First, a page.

Tryon approves budget without setting tax rate
Published 4:19 pm Monday, July 1, 2013
Town awaiting state decision on $90k in revenue
Tryon Town Council adopted a budget last week without setting a tax rate.
The town is waiting on the North Carolina state legislature to adopt its budget and decide whether or not to release hold harmless revenue to local governments this year. This revenue was created by the state to offset any potential loss for cities and towns as the state collected sales tax monies from counties to cover its costs of taking on Medicaid.
Tryon’s hold harmless revenue for this year was estimated at about $90,000. Council met for a special meeting on Friday, June 28 when the town had hoped the state would have made its decision but hadn’t. The town is required to adopt the fiscal year 2013-2014 budget by June 30, so leaders adopted it under N.C. General Statute 159-15, which states, “If after July 1 the local government receives revenues that are substantially more or less than the amount anticipated, the governing body may, before January 1 following adoption of the budget, amend the budget ordinance to reduce or increase the property tax levy to account for the unanticipated increase or reduction in revenues.”
One penny in tax revenue for Tryon is approximately $16,000, so it would take five cents in property taxes if the town had to make up the amount through property taxes alone, which doesn’t appear to be the case.
“While the town hasn’t discussed a tax increase, they have left it on the table, though we are anticipating that the state will come to some sort of a compromise which will allow funding for municipalities to not be as adversely affected,” said town manager Joey Davis. “I really think that the council would look at every possible alternative before agreeing to raise the tax rate.”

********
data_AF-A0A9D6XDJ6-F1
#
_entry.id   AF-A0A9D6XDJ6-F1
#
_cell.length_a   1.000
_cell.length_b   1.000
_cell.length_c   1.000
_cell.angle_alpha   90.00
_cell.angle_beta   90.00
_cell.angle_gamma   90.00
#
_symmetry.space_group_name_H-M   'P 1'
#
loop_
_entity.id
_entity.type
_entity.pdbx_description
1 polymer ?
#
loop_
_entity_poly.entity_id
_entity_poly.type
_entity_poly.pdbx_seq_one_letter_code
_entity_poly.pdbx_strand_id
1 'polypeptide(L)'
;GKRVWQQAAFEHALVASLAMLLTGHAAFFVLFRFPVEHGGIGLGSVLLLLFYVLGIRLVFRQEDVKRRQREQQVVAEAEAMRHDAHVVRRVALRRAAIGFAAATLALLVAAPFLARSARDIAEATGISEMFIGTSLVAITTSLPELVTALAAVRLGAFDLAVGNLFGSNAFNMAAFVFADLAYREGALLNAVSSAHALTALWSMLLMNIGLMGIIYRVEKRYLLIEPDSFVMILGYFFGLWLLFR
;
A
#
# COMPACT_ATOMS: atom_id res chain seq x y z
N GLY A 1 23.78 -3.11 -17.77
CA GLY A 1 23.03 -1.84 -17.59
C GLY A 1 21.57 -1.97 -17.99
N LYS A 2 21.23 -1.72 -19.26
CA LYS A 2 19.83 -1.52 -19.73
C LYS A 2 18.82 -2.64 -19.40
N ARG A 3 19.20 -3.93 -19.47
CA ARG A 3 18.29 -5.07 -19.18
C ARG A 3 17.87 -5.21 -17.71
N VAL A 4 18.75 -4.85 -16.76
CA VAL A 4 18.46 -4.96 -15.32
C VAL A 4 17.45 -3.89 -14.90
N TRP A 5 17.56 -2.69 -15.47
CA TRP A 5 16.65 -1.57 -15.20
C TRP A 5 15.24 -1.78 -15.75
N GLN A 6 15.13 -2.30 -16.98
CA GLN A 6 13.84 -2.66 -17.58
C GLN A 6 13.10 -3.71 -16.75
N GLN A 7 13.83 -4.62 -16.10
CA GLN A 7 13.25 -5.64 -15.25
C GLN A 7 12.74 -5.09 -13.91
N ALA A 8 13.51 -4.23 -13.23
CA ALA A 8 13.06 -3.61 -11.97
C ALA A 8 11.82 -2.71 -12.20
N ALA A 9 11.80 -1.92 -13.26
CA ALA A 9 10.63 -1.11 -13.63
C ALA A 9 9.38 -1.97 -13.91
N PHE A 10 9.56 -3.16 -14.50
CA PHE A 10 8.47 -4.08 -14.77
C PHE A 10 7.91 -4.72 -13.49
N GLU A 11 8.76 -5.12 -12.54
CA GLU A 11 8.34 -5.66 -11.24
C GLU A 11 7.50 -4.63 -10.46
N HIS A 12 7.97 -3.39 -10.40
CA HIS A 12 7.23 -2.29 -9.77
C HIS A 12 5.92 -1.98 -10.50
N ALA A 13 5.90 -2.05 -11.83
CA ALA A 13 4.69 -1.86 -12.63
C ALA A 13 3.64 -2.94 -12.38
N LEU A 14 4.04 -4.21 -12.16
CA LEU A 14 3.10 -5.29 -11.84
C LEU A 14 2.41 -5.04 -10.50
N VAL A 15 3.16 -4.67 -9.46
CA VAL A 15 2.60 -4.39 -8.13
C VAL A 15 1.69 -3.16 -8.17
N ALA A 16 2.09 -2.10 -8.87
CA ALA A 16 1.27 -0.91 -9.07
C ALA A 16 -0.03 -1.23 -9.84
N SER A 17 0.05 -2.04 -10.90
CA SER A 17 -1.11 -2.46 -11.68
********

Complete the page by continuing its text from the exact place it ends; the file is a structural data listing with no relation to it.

Council decided last week to hold approximately $20,000 in contingency from various line items and agreed to visit the idea of employee holiday bonuses later in the year, depending on how the budget looks in November.
State legislation is expected to adopt its budget later this month, with Tryon planning to adopt a tax rate at its August meeting. The town doesn’t hold a regular meeting in July.
If the state withholds the hold harmless revenue, Tryon could pull from its fund balance, raise the tax rate or cut that amount from the budget.
Tryon’s approved budget is for a total of $4,188,268, including $1,609,637 in the general fund and $1,700,026 in the water sewer fund.
Other funds total $878,605 including $60,000 for Powell Bill, $13,000 for tourism development, $225,995 in sanitation, $383,755 for the fire department and $195,855 for Harmon Field.
The town is increasing water/sewer rates by 1 percent and sanitation rates by 2 percent. The town also agreed to a 1 percent employee raise beginning today with the merit or bonus pending at 1 percent in November.
Council also wants to set aside money to replace the roof at the Harmon Field building. The Harmon Field budget includes $7,000 for capital outlay, but commissioner Roy Miller said the town needs to put money specifically for the roof because without a new roof the town cannot sell the building.
Davis agreed to come back to council in August with estimates on fixing the roof. Tryon’s new budget year began today, July 1. Tryon’s tax rate last year was 47.78 cents per $100 of property valuation.